» Two Lawsuits Filed, More Likely to Come in Texas Plant Explosion

Two Lawsuits Filed, More Likely to Come in Texas Plant Explosion

Washington, D.C. (Law Firm Newswire) May 21, 2013 – A Texas fertilizer plant exploded, killing at least 15 people and injuring as many as 200.

The explosion on April 17, 2013, occurred at a facility owned by the West Fertilizer Company in West, Texas that was used for the storage and distribution of fertilizers. The building caught fire, then exploded as firefighters tried to extinguish the flames. The cause of the fire remains unknown.

“Fertilizers are quite hazardous and require very stringent safety protocols in their handling and storage,” said David Lietz, a Washington, D.C. personal injury lawyer who specializes in industrial accidents. “Depending on what investigators discover, West Fertilizer Company could face an array of lawsuits.”

Even several days after the accident, the count of deaths and injuries had yet to be finalized, and some people were still missing. At least 150 buildings were damaged or destroyed, including a nursing home, a middle school, and an apartment complex.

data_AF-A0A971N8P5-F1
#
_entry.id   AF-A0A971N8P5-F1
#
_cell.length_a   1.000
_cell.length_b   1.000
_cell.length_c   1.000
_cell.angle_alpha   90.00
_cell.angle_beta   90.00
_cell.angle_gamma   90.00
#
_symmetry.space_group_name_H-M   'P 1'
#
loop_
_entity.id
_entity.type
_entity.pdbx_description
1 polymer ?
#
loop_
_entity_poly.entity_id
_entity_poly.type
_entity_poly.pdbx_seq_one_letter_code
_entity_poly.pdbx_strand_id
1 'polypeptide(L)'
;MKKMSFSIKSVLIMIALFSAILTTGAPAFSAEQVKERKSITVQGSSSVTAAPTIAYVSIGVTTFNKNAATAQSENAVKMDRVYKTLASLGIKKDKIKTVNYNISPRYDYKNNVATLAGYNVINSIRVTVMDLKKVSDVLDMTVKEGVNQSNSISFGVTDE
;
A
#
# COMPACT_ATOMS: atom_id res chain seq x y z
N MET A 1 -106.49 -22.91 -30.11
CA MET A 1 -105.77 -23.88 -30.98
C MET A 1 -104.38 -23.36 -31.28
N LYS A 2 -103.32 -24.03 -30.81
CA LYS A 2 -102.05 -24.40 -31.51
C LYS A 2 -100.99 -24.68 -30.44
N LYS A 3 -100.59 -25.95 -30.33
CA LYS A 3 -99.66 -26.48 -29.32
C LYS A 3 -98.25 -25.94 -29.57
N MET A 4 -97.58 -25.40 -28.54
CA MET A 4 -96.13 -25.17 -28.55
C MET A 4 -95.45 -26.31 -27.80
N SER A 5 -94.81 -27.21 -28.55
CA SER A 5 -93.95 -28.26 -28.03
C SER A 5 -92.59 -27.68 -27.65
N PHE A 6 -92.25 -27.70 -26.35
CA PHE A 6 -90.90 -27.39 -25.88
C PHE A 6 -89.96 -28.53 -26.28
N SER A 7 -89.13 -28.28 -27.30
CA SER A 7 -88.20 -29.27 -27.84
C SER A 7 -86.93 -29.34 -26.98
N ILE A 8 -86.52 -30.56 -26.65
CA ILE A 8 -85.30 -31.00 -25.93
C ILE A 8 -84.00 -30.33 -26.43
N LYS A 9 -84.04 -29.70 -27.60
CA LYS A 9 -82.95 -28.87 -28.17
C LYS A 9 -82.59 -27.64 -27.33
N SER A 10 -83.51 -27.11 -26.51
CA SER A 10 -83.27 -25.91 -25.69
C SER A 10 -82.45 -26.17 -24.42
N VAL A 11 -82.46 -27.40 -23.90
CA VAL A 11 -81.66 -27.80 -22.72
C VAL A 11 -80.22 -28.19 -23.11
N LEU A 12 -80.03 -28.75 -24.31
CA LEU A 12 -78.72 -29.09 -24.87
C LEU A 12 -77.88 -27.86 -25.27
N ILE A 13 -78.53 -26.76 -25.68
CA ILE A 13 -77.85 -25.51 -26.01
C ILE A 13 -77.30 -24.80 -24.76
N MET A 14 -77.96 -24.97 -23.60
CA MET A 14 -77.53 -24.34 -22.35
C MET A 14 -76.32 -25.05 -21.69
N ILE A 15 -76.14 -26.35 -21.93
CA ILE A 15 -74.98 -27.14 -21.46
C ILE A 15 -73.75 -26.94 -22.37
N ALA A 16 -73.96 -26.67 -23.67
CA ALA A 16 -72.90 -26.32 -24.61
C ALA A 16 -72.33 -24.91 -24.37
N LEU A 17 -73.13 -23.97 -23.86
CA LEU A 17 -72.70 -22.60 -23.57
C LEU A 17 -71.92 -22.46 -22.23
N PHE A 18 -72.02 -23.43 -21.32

Two lawsuits have already been filed in McLennan County district court. One suit, filed by insurance companies on behalf of a group of individuals and businesses, claims Adair Grain, Inc. – the parent company of West Fertilizer Company – was negligent in the operation of the plant, which led to the fire and subsequent explosion. That lawsuit does not yet list demands for damages

The other lawsuit, filed by Andrea Jones Gutierrez, seeks between $500,000 and $1 million in damages. Gutierrez lived near the plant in an apartment building that was destroyed by the blast. Her lawsuit claims she suffered unspecified physical and emotional injuries, in addition to losing all her possessions.

“Other possible targets for lawsuits are the manufacturers of the fertilizers stored at the plant and the companies that transported them there,” added Lietz. “Investigators will need to determine whether the chemicals were manufactured and handled properly.”

According to a New York Times report, records at the Occupational Safety and Health Administration (OSHA) show the plant was last inspected 28 years ago. That inspection uncovered five “serious” violations including improper handling and storage of anhydrous ammonia. The plant stored 110,000 pounds of anhydrous ammonia and 540,000 pounds of ammonium nitrate in late 2012 according to a report West Fertilizer made to the EPA at that time.

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